In 2009, this rakish, 1970s-vintage piano bar in the Edison Hotel looked destined to go the way of the 99¢ peep show. But the team behind Tribeca mixology den Ward III ushered in a second act, introducing some key upgrades (including serious cocktails) while maintaining the charmingly offbeat flavor of the place. Forget you're a stone's throw from Times Square while listening to nightly live jazz acts and sipping dark-spirit–heavy tipples, such as a funky old-fashioned riff that showcases the rich, tropical complexity of Banks 5 Island Rum. Those who suffer the cruel fate of being in Times Square on a weekend morning can console themselves with a range of six Bloody Marys (noon–5pm).
Owner Patrick Donagher is more interested in converting craft-beer newbs than scaring them off: A giant chalkboard wall suggests craft alternatives to mainstream swill, and a daily-changing menu offers 40 mostly American drafts ($7--$9), to help you find your new favorite beer. Purists gravitate toward the casks (between two and four at any time), as well as some of the expert picks on the list of 150 bottles, including Jolly Pumpkin's funky La Roja sour ale ($21). See what strikes your fancy on the daily-changing menu (organized by style, with tasting flights available for curious drinkers), or dig into the bar's stash of seasonal ales.
This Hell's Kitchen watering hole packs a lot of glittery, pseudo-Victorian personality into a small space. Patrons can sip cocktails off the backs of sexy centaur mannequins, or park at the bar while bopping their heads to tunes from various DJs during weekly theme nights.
At this airy Nolita drinkery, co-owners Timothy Lynch and Richard Knapp bring in a rotating cast of star bartenders to sling classic and contemporary drinks. The laid-back space—done up with a cream tin ceiling, exposed brick and weathered-wood bar—also offers a full menu. Sip your cocktail and nibble on globally inflected bites, including the TONY-approved spicy fried chickpeas, mini merguez meatball grinders and ginger-glazed duck wings.
There is no bar to belly up to at this louche lounge. Drinks are prepared in a beautiful but half-hidden back room surrounded by gleaming examples of every tool and gizmo a barkeep could wish for. From this gorgeous tableau comes an austere cocktail list, which includes classics like the Manhattan and Negroni, and variations thereof. The Old Cuban (rum, champagne, mint and bitters) smacks of a mojito with something to celebrate. And the velvety Japanese, powered by brandy and orgeat (almond-and-rosewater syrup), is so strong it could serve itself. Who needs a barstool anyway?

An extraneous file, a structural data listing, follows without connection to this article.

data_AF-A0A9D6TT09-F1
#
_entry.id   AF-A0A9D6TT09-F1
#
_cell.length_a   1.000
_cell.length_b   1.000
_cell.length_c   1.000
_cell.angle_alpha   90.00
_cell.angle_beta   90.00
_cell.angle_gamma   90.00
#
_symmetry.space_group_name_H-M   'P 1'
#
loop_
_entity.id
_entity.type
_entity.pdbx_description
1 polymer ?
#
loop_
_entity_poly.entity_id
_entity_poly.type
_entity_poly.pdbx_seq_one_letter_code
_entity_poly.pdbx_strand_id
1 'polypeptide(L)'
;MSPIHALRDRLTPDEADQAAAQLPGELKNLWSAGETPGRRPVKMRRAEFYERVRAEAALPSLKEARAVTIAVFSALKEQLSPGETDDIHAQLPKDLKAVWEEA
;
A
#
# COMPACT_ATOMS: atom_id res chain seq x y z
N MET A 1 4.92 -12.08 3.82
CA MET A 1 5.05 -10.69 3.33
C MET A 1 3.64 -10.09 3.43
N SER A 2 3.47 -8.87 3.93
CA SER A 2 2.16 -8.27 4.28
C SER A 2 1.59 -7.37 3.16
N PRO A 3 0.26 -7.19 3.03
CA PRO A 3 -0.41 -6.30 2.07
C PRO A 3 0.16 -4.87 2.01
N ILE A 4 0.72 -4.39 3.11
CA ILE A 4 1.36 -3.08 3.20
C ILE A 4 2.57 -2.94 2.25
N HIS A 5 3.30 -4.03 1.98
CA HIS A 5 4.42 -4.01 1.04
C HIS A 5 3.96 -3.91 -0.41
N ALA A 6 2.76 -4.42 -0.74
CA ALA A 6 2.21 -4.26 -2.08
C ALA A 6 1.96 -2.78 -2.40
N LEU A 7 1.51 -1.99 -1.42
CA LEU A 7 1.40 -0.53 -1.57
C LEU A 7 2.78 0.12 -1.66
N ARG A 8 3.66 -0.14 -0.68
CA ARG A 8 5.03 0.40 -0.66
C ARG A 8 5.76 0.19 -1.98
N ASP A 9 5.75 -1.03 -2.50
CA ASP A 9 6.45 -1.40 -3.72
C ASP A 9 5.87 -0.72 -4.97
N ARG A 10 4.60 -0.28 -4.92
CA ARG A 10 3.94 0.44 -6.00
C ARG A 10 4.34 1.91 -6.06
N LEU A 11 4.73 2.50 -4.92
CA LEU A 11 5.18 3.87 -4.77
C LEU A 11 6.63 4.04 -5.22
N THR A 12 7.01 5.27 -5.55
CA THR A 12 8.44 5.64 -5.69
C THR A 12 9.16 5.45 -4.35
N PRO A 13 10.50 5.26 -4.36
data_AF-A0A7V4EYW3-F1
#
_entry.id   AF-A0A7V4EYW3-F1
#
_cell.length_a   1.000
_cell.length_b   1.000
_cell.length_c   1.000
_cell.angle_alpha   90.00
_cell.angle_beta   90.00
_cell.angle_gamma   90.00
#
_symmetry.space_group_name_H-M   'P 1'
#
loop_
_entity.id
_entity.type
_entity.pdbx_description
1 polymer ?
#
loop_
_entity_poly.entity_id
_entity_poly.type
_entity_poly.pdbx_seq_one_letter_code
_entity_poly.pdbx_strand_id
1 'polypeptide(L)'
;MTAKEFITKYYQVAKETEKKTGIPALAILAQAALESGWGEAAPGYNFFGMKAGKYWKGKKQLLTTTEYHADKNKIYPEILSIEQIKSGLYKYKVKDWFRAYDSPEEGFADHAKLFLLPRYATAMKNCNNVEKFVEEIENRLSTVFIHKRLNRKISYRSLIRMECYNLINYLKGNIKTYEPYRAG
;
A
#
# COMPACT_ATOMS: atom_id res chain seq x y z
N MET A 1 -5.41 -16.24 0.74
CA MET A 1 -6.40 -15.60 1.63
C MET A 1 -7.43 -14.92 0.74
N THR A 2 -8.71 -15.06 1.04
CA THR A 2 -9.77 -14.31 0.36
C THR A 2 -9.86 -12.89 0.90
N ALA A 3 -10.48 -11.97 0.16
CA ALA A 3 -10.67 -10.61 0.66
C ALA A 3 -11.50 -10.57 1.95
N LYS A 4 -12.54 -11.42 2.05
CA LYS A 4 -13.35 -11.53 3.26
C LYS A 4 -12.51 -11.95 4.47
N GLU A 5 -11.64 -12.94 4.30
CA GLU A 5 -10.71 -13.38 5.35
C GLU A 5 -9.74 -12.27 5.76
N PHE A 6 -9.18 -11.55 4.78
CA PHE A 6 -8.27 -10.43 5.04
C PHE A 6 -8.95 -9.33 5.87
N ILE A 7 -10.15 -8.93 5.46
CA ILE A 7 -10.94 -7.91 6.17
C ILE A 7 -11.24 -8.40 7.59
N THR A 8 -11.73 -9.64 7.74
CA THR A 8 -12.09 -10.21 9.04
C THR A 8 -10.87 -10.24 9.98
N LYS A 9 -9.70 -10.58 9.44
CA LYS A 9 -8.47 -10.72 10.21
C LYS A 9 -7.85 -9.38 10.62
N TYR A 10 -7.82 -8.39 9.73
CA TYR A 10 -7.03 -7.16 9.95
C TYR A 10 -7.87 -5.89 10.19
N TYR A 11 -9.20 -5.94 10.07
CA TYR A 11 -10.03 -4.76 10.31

Ladies should probably leave the Blahniks at home. In traditional Irish-pub fashion, McSorley’s floor has been thoroughly scattered with sawdust to take care of the spills and other messes that often accompany large quantities of cheap beer. Established in 1854, McSorley’s became an institution by remaining steadfastly authentic and providing only two choices to its customers: McSorley’s Dark Ale and McSorley’s Light Ale. Both beverages have a lot more character than PBR, though at these prices, it won’t be long before you stop noticing.
Bespectacled lit chicks outnumber apparatchiks in this former Ukrainian social club. The dim parlor-style bar nestled in the second floor of a walk-up has Cold War decor, cheap Baltika beer, whiskey on the rocks and free readings—all of which lure New York’s literary underground, including stars like A.M. Homes and Kathryn Harrison.
As befits cocktail progenitor Sasha Petraske’s liquid legacy, the drinks at this clubby, low-ceilinged Village rathskeller are nigh perfect. If you choose to deviate from the menu, just give the neatly attired, polite bartenders a base liquor and a hint of your mood, and they can tailor a drink on the fly. A call for rye got us a spot-on Italian twist on a Manhattan, featuring maraschino liqueur, Carpano Antica vermouth and amaro. Custom-made cocktails—no password or secret handshake required.
Once a strictly private-events space, this bi-level venue from the owners of Village Pourhouse opens its temperature-controlled, weather-shielded roof deck to the public most nights of the week until 10pm. Drinks, which include cocktails like mojitos, as well as wine and beer, can be sipped while enjoying Hudson River views and items from the grill, including a duo of mini kobe burgers.
This rooftop lounge, backed by restaurateur Jeffrey Chodorow, features 3,000 square feet of outdoor space and private chaise longue-equipped cabanas. Three separate terraces offer views of Lincoln Center and Central Park, and an appropriately sleek bar—constructed of stacked metal pipes—dispenses specialty cocktails like the Oran’gin the Mood (orange juice, Bombay Sapphire, Patrón Citrónge and club soda). There’s also a swimming pool on the upper level, but locals shouldn’t bother with the SPF: It’s open to hotel guests only.